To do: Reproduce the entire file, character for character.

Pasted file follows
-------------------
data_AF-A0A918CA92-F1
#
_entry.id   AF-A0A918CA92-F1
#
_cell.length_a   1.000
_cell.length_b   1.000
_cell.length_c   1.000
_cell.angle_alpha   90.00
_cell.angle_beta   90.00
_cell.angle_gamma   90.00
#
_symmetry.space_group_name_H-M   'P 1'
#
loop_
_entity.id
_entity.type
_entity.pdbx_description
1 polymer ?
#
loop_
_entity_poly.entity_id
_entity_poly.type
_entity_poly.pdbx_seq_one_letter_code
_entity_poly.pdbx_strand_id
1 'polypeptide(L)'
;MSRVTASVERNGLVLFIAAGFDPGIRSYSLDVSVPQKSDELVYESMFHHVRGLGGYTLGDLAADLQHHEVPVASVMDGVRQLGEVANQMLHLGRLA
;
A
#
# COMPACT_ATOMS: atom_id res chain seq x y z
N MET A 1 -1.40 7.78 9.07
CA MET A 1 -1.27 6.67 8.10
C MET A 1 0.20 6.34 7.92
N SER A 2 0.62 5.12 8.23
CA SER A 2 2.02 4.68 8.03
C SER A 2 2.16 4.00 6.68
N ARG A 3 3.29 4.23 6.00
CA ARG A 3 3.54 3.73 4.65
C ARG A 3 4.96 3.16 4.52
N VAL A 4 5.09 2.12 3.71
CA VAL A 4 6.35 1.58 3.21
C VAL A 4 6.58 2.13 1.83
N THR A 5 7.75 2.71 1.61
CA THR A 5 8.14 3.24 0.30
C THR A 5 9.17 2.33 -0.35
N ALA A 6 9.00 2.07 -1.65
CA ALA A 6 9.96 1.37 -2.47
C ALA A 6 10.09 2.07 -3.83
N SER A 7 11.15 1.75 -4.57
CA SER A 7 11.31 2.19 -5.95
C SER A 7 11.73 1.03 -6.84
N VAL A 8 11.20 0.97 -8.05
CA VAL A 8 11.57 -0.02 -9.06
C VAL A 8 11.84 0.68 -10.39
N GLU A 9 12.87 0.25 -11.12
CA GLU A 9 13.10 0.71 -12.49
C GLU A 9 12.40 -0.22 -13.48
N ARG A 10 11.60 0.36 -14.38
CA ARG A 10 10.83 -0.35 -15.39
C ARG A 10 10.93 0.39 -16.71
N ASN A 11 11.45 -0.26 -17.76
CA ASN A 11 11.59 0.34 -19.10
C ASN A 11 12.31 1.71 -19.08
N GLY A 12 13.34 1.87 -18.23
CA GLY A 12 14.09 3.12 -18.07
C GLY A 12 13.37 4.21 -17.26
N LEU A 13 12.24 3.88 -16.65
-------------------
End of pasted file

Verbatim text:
data_AF-A0A918CA92-F1
#
_entry.id   AF-A0A918CA92-F1
#
_cell.length_a   1.000
_cell.length_b   1.000
_cell.length_c   1.000
_cell.angle_alpha   90.00
_cell.angle_beta   90.00
_cell.angle_gamma   90.00
#
_symmetry.space_group_name_H-M   'P 1'
#
loop_
_entity.id
_entity.type
_entity.pdbx_description
1 polymer ?
#
loop_
_entity_poly.entity_id
_entity_poly.type
_entity_poly.pdbx_seq_one_letter_code
_entity_poly.pdbx_strand_id
1 'polypeptide(L)'
;MSRVTASVERNGLVLFIAAGFDPGIRSYSLDVSVPQKSDELVYESMFHHVRGLGGYTLGDLAADLQHHEVPVASVMDGVRQLGEVANQMLHLGRLA
;
A
#
# COMPACT_ATOMS: atom_id res chain seq x y z
N MET A 1 -1.40 7.78 9.07
CA MET A 1 -1.27 6.67 8.10
C MET A 1 0.20 6.34 7.92
N SER A 2 0.62 5.12 8.23
CA SER A 2 2.02 4.68 8.03
C SER A 2 2.16 4.00 6.68
N ARG A 3 3.29 4.23 6.00
CA ARG A 3 3.54 3.73 4.65
C ARG A 3 4.96 3.16 4.52
N VAL A 4 5.09 2.12 3.71
CA VAL A 4 6.35 1.58 3.21
C VAL A 4 6.58 2.13 1.83
N THR A 5 7.75 2.71 1.61
CA THR A 5 8.14 3.24 0.30
C THR A 5 9.17 2.33 -0.35
N ALA A 6 9.00 2.07 -1.65
CA ALA A 6 9.96 1.37 -2.47
C ALA A 6 10.09 2.07 -3.83
N SER A 7 11.15 1.75 -4.57
CA SER A 7 11.31 2.19 -5.95
C SER A 7 11.73 1.03 -6.84
N VAL A 8 11.20 0.97 -8.05
CA VAL A 8 11.57 -0.02 -9.06
C VAL A 8 11.84 0.68 -10.39
N GLU A 9 12.87 0.25 -11.12
CA GLU A 9 13.10 0.71 -12.49
C GLU A 9 12.40 -0.22 -13.48
N ARG A 10 11.60 0.36 -14.38
CA ARG A 10 10.83 -0.35 -15.39
C ARG A 10 10.93 0.39 -16.71
N ASN A 11 11.45 -0.26 -17.76
CA ASN A 11 11.59 0.34 -19.10
C ASN A 11 12.31 1.71 -19.08
N GLY A 12 13.34 1.87 -18.23
CA GLY A 12 14.09 3.12 -18.07
C GLY A 12 13.37 4.21 -17.26
N LEU A 13 12.24 3.88 -16.65